For the few reading my blog, I wanted to apologize for the lack of posts over the past two weeks. On top of moving back home from school and finals, my house was hit by lighting which zapped my crappy satellite internet. It took our provider (Never ever go with Wild Blue if you have the choice) till today to get it fixed. Anyways, I’ll be back to regular updates now. Cheers.
You know how we as gamers always say “parent’s should be held responsible for what their children play?”
I totally agree with that statement, but let’s be real for a second. Parents aren’t going to be as knowledgeable about games as we are, so we can’t expect them to understand games like we do. That’s where John Davison comes in.
Davison recently resigned as the boss of the 1up network (my favorite and in my opinion the best gaming site around, more on that in later posts). No one knew what he was up to until today, when it was revealed that he had been helping to create a website called WhatTheyPlay.com
The aim is to be an agenda-free website to better inform parents on the content of games so they can make good decisions when buying presents for their children. I think this site can only lead to good things, and in the mass media should shine a very favorable light on our industry for once.
I just wish I had thought of it first.
Right now, the gaming press websites that get the vast majority of traffic (IGN and Gamespot) have a horrible review structure in place that needs to change dramatically.
Both sites run huge reviews that usually span multiple pages. They advance through several categories such as graphics, sound design, and gameplay. They thoroughly evaluate every major aspect of the game and usually have a paragraph or two for closing comments. Gamespot puts the game’s score and a brief “pros and cons” at the top of each review. IGN ends every review with a point score for every single category, and then an overall score, which is not an average. If its not average, why the hell do you need to give every category a score in the first place?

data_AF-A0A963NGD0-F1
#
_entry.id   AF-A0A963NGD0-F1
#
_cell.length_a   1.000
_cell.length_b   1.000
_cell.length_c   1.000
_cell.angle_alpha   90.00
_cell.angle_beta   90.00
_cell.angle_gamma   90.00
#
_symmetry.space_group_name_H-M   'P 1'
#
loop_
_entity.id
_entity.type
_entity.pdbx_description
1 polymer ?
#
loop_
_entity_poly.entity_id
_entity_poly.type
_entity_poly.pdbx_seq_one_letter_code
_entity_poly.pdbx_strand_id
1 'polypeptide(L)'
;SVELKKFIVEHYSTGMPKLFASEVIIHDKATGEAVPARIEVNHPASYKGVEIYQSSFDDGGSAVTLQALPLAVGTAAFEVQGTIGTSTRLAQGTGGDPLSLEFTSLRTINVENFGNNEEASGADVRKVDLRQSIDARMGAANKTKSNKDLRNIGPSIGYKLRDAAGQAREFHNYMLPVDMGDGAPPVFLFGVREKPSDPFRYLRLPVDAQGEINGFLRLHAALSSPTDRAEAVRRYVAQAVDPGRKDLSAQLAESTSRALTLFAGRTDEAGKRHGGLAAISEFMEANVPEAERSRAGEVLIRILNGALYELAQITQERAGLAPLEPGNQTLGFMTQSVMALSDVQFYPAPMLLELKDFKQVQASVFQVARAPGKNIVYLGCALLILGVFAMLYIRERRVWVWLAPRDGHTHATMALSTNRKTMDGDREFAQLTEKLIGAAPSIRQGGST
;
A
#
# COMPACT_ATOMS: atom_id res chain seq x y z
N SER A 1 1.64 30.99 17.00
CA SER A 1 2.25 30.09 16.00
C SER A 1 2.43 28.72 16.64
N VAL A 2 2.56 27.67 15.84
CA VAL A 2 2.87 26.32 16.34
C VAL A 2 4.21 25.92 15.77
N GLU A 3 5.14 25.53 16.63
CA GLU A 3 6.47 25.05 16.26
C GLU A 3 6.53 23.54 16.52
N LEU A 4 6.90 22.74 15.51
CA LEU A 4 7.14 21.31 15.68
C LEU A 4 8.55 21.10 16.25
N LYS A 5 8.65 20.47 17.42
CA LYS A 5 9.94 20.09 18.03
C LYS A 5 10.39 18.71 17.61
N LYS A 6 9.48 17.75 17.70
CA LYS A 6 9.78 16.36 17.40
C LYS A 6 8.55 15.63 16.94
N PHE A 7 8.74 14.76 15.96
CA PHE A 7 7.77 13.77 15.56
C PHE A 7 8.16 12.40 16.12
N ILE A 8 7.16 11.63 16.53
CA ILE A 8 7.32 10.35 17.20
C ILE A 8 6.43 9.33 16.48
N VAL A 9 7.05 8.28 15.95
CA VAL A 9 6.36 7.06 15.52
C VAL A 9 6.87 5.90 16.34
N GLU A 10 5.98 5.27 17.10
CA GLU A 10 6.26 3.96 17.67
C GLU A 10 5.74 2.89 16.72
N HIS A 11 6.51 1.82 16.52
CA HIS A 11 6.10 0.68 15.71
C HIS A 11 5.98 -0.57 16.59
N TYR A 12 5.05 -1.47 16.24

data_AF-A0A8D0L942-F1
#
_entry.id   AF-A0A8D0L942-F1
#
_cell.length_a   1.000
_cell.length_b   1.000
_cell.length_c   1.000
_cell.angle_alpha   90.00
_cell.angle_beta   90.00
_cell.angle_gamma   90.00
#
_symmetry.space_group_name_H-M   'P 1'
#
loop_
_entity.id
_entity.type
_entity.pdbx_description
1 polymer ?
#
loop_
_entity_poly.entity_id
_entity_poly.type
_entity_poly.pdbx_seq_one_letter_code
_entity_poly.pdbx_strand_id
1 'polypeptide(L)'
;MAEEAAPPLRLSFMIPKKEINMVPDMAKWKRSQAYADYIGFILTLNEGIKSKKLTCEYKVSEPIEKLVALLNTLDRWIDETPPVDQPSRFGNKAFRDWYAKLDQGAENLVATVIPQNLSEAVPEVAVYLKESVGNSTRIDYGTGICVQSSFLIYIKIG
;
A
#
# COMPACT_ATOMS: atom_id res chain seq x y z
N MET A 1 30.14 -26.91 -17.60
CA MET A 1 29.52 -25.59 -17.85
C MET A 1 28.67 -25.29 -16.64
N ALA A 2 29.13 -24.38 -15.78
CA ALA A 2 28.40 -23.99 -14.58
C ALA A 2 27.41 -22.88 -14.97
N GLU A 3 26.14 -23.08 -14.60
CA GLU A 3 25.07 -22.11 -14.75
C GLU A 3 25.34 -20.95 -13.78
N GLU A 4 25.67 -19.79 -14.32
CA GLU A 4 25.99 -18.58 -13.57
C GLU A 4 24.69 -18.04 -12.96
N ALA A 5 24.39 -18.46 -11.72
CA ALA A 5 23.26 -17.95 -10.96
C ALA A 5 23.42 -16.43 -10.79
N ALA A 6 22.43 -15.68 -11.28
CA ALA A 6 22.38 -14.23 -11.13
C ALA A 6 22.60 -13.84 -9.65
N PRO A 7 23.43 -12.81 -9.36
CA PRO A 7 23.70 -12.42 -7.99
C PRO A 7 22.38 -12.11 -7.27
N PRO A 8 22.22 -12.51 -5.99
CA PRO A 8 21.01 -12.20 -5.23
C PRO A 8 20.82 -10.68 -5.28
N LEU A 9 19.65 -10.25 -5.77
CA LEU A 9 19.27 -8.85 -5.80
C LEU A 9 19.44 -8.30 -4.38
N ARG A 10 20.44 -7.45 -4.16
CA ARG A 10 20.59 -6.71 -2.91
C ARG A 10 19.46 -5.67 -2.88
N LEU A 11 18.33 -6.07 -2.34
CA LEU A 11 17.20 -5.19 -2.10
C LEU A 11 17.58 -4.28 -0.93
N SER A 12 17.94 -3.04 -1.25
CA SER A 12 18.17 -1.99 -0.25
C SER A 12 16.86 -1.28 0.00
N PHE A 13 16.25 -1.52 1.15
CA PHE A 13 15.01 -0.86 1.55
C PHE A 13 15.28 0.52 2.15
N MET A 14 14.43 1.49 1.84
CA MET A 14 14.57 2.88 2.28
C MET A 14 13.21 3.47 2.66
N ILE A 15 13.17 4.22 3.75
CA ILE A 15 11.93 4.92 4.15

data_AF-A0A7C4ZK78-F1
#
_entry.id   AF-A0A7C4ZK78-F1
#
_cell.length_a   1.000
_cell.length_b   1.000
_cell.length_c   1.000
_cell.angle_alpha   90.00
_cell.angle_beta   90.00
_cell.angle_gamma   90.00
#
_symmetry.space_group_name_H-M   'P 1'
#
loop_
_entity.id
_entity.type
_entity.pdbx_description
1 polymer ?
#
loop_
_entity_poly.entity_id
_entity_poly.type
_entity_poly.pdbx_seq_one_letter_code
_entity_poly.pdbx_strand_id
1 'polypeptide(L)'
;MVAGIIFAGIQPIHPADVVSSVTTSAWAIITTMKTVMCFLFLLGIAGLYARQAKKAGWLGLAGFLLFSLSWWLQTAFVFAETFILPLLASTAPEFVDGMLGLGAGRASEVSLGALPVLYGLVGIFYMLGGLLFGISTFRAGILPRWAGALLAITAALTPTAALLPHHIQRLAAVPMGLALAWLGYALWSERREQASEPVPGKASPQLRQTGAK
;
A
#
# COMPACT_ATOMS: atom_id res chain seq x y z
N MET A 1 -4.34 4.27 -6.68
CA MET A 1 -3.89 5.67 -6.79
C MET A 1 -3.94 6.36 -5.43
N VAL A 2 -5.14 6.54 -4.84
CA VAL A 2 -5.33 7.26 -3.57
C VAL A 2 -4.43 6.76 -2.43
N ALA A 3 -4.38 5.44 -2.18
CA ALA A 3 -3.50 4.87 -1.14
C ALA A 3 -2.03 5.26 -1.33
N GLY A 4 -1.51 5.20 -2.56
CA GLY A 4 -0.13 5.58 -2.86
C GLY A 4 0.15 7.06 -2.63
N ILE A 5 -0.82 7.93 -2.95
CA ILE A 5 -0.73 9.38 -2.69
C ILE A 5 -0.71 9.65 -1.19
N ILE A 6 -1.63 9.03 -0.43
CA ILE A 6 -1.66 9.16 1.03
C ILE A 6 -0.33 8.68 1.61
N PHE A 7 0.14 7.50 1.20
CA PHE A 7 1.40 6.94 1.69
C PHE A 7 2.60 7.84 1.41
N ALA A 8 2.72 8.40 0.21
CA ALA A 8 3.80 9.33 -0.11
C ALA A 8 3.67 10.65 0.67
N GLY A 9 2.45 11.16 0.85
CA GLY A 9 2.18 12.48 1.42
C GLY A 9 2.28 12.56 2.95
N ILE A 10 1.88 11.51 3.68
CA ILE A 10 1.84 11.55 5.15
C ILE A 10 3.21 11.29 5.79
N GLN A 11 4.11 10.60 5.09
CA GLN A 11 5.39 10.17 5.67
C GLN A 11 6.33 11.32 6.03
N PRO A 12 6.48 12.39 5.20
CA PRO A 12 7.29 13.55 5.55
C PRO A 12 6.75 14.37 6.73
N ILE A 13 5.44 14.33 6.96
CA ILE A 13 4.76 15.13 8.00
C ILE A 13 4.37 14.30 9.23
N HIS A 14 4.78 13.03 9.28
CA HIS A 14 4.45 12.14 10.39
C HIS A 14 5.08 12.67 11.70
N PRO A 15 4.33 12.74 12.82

Overall these reviews tend to be unnecessarily in depth. Most of them are bloated with overly lengthy evaluation and pointless nitpicks. If you get to the point in a review that you are saying things like “my only complaint with the graphics is that once or twice I noticed some tearing on level three” simply throw your review away because it is worthless and you have totally missed the point.
Whatever Roger Ebert may say, crafting gameplay is an art, and its time people started reviewing games as such. I’m sick of reviews that read like consumer reports. Focus on the experience of playing the game, the core of what makes it successful or not. Put the game in the context of other games the developer has made before, and other games like it. Touch on graphics and length or whatever if the game hinges on it. Thats it. Thats all you need. Not only would you get a much cleaner and clearer picture of whether the game is good or not, you wouldn’t need 4 pages to accomplish it.
Also get rid of the brief “pros and cons” crap. Having that sort of thing diminishes what the reviewer has to say, and panders to the sort of idiot that bases their purchases on those bullet points and wouldn’t think of dedicating 5 minutes of their life to actually reading something. Then again, they might be more willing to read if the reviews weren’t so stupidly drawn out.
Video Games are products of professional creativity, no different than books, music, or movies, so let’s get our act together and start thinking about them like art before we start asking for our industry to be taken seriously by everyone else.
[Also, there are some people that are forward thinking about game criticism, and I’ll talk about them at length in a future post]